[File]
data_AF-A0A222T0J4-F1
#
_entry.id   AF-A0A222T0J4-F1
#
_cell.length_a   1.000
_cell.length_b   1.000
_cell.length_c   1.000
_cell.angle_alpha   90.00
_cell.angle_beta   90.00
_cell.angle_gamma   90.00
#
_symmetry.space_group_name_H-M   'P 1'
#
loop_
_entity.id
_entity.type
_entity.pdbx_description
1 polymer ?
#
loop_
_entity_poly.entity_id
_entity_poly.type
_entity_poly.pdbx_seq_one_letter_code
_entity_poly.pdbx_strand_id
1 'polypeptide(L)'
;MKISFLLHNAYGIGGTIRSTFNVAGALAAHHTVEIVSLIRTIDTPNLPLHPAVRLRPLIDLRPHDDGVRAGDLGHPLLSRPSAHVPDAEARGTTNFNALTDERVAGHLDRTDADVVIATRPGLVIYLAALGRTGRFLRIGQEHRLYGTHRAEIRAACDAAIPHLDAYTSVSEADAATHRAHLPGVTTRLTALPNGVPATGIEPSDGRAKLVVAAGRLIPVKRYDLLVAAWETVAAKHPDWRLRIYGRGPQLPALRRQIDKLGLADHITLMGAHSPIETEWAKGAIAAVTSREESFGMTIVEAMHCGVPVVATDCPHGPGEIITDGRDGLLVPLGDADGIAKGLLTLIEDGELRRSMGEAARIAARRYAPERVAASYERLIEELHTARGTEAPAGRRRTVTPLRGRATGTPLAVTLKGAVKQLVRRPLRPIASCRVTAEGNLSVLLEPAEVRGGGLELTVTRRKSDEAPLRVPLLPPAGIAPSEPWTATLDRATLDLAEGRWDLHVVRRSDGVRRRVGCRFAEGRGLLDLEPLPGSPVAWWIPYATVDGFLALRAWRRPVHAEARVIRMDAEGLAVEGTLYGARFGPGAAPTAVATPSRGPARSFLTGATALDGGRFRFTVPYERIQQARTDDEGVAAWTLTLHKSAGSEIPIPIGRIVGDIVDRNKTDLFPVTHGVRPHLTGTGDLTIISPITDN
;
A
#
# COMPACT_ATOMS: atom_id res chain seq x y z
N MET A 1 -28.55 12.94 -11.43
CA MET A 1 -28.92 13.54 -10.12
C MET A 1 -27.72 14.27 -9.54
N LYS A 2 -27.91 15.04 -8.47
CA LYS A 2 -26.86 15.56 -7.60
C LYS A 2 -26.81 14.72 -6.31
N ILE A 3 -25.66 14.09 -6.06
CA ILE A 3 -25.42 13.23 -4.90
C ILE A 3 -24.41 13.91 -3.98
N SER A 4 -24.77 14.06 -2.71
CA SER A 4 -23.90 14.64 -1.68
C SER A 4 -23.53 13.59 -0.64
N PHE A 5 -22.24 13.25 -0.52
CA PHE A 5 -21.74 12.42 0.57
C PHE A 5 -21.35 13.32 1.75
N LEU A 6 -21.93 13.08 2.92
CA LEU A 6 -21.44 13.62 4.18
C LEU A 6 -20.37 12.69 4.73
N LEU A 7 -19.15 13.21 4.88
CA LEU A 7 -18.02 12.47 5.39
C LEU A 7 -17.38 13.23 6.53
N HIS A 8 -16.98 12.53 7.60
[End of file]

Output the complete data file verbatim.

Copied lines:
data_AF-A0A222T0J4-F1
#
_entry.id   AF-A0A222T0J4-F1
#
_cell.length_a   1.000
_cell.length_b   1.000
_cell.length_c   1.000
_cell.angle_alpha   90.00
_cell.angle_beta   90.00
_cell.angle_gamma   90.00
#
_symmetry.space_group_name_H-M   'P 1'
#
loop_
_entity.id
_entity.type
_entity.pdbx_description
1 polymer ?
#
loop_
_entity_poly.entity_id
_entity_poly.type
_entity_poly.pdbx_seq_one_letter_code
_entity_poly.pdbx_strand_id
1 'polypeptide(L)'
;MKISFLLHNAYGIGGTIRSTFNVAGALAAHHTVEIVSLIRTIDTPNLPLHPAVRLRPLIDLRPHDDGVRAGDLGHPLLSRPSAHVPDAEARGTTNFNALTDERVAGHLDRTDADVVIATRPGLVIYLAALGRTGRFLRIGQEHRLYGTHRAEIRAACDAAIPHLDAYTSVSEADAATHRAHLPGVTTRLTALPNGVPATGIEPSDGRAKLVVAAGRLIPVKRYDLLVAAWETVAAKHPDWRLRIYGRGPQLPALRRQIDKLGLADHITLMGAHSPIETEWAKGAIAAVTSREESFGMTIVEAMHCGVPVVATDCPHGPGEIITDGRDGLLVPLGDADGIAKGLLTLIEDGELRRSMGEAARIAARRYAPERVAASYERLIEELHTARGTEAPAGRRRTVTPLRGRATGTPLAVTLKGAVKQLVRRPLRPIASCRVTAEGNLSVLLEPAEVRGGGLELTVTRRKSDEAPLRVPLLPPAGIAPSEPWTATLDRATLDLAEGRWDLHVVRRSDGVRRRVGCRFAEGRGLLDLEPLPGSPVAWWIPYATVDGFLALRAWRRPVHAEARVIRMDAEGLAVEGTLYGARFGPGAAPTAVATPSRGPARSFLTGATALDGGRFRFTVPYERIQQARTDDEGVAAWTLTLHKSAGSEIPIPIGRIVGDIVDRNKTDLFPVTHGVRPHLTGTGDLTIISPITDN
;
A
#
# COMPACT_ATOMS: atom_id res chain seq x y z
N MET A 1 -28.55 12.94 -11.43
CA MET A 1 -28.92 13.54 -10.12
C MET A 1 -27.72 14.27 -9.54
N LYS A 2 -27.91 15.04 -8.47
CA LYS A 2 -26.86 15.56 -7.60
C LYS A 2 -26.81 14.72 -6.31
N ILE A 3 -25.66 14.09 -6.06
CA ILE A 3 -25.42 13.23 -4.90
C ILE A 3 -24.41 13.91 -3.98
N SER A 4 -24.77 14.06 -2.71
CA SER A 4 -23.90 14.64 -1.68
C SER A 4 -23.53 13.59 -0.64
N PHE A 5 -22.24 13.25 -0.52
CA PHE A 5 -21.74 12.42 0.57
C PHE A 5 -21.35 13.32 1.75
N LEU A 6 -21.93 13.08 2.92
CA LEU A 6 -21.44 13.62 4.18
C LEU A 6 -20.37 12.69 4.73
N LEU A 7 -19.15 13.21 4.88
CA LEU A 7 -18.02 12.47 5.39
C LEU A 7 -17.38 13.23 6.53
N HIS A 8 -16.98 12.53 7.60